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Is it possible to check If no numbers were found in a string when using Regex?

so if I am doing this:

String temp;
String myText = "abcd";
temp = Regex.Match(myText, @"\d+").Value;

How do i check that no numbers were found?

Do i just do this:

if (temp = ""){
//code
}
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marked as duplicate by theFuex, George Duckett, Luca Geretti, deepmax, Roman C May 20 '13 at 9:44

This question has been asked before and already has an answer. If those answers do not fully address your question, please ask a new question.

1  
You can do if (Regex.IsMatch(myText, @"\d+")). Easy, no? –  Nolonar May 17 '13 at 15:00

6 Answers 6

up vote 2 down vote accepted

the better way to do it would be

if (Regex.IsMatch(stringToCheck, @"\d+"){
    // string has number
}

if you want to deal with no numbers found, then try like

if (!Regex.IsMatch(stringToCheck, @"\d+"){
    // no numbers found
}

to find all the matches of number in a string

MatchCollection matches = Regex.Matchs(stringToCheck, @"\d+");

foreach(Match match in matches){
    //Console.WriteLine(match.Value);
}
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Sorry, I ruined your perfect reputation :P. –  theFuex May 17 '13 at 15:03
    
@Fuex - thnx for it ! –  PaRiMaL RaJ May 17 '13 at 15:04

You don't get a match. If you had a match you'd have found a number somewhere.

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Just do a reverse match with a regex.

if ( !Regex.Match ( stringToCheck, "^[0-9]+$" ).Success ) {

  }
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you can use IsMatch and then negate it

if(!Regex.IsMatch(inp,".*\d.*"))//no number found
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Match temp;
String myText = "[0123456789]";
temp = Regex.Match(myText).Value;
bool NoDigits = !temp.Success;

Sorry for the original confusion in my answer. Also, you can keep using the \d flag, I just like [0123456789] because it makes it stand out more in this simplistic case.

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What do you do when you want to specify [a-z], type them all out? –  weston May 17 '13 at 15:21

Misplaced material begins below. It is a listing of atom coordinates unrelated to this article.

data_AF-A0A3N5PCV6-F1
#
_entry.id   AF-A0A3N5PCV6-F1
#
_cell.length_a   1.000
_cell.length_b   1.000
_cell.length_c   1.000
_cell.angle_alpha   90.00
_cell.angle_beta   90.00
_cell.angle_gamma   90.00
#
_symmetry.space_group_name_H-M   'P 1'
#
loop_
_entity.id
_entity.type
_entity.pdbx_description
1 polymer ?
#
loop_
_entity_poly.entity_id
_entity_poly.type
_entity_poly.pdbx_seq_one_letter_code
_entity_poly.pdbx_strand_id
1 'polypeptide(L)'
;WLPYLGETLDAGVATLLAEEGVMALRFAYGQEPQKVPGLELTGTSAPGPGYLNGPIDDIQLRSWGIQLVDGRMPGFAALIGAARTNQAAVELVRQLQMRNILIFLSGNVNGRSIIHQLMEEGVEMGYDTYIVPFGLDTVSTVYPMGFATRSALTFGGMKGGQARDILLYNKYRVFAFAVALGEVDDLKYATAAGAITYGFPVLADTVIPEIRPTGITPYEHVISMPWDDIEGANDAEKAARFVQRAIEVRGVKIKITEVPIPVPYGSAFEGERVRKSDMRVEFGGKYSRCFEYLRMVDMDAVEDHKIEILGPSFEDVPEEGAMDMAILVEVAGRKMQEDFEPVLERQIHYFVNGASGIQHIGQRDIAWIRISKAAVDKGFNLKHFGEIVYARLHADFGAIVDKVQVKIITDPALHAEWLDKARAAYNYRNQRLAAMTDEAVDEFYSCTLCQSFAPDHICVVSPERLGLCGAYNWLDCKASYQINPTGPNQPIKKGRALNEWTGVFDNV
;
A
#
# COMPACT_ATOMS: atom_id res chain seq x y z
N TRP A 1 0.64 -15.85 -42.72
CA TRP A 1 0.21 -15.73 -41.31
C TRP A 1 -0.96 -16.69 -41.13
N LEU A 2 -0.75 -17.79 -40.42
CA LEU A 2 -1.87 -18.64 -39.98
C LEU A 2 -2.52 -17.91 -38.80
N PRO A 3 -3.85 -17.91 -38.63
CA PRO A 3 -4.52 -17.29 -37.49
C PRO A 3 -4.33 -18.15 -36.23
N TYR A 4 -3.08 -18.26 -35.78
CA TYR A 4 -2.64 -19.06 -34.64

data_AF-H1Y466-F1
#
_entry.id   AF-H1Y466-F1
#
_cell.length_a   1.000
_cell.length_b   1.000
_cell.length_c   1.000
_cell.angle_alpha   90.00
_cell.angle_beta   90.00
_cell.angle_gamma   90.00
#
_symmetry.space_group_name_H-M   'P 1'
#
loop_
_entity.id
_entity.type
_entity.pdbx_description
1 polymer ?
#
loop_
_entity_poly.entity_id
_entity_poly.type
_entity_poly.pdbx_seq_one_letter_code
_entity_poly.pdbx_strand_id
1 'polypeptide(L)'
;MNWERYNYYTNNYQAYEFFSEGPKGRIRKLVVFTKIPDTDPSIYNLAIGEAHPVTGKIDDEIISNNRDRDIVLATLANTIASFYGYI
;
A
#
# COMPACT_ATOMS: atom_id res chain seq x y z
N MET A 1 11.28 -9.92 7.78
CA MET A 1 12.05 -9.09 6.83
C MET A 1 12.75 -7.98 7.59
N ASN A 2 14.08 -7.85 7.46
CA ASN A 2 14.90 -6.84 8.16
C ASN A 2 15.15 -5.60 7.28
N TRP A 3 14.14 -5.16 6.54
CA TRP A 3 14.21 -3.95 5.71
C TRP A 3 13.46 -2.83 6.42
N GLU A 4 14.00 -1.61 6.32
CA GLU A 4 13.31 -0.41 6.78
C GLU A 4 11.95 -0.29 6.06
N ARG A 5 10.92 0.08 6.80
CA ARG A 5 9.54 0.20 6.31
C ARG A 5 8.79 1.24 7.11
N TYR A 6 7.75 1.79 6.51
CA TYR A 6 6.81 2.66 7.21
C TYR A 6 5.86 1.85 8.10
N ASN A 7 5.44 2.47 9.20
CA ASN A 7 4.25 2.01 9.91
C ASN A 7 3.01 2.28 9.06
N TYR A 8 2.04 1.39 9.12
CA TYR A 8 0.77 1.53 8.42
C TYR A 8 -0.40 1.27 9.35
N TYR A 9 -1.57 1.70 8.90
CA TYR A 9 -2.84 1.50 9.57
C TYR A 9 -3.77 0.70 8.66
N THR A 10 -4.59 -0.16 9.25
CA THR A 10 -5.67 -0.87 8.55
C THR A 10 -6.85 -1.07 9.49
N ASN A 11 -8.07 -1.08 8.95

@weston No, but it's easy enough to run my finger across the keyboard and this code snippet is more for explaining the concept that using as few characters as possible (which should never be a goal for developers). –  BlargleMonster May 17 '13 at 16:21
    
LOL (to running finger over keyboard comment)! No I'm not concerned about the code's length in this case, just code quality. I think it's bad practice to avoid the tools that are given to you just in order to dumb it down for someone. Give people some credit. Also the range ([0-9]) and digit (\d) implementations may well be more efficient, just think how each would be implemented compared to a character set implementation like yours. –  weston May 17 '13 at 17:37
    
Efficiency isn't something I considered. I just assumed the implementation would convert the shorthand into the same value before actually running the regex, but that's actually something to consider now that you mention it. –  BlargleMonster May 17 '13 at 17:44
    
BTW, this sparked some investigation on my part, with some surprising results: stackoverflow.com/questions/16621738/d-less-efficient-than-0-9 –  weston May 18 '13 at 12:07
String myText = "abcd";

if (Regex.IsMatch(myText, "[0-9]+"))
{
    // there was a number
} else {
    // no numbers
}
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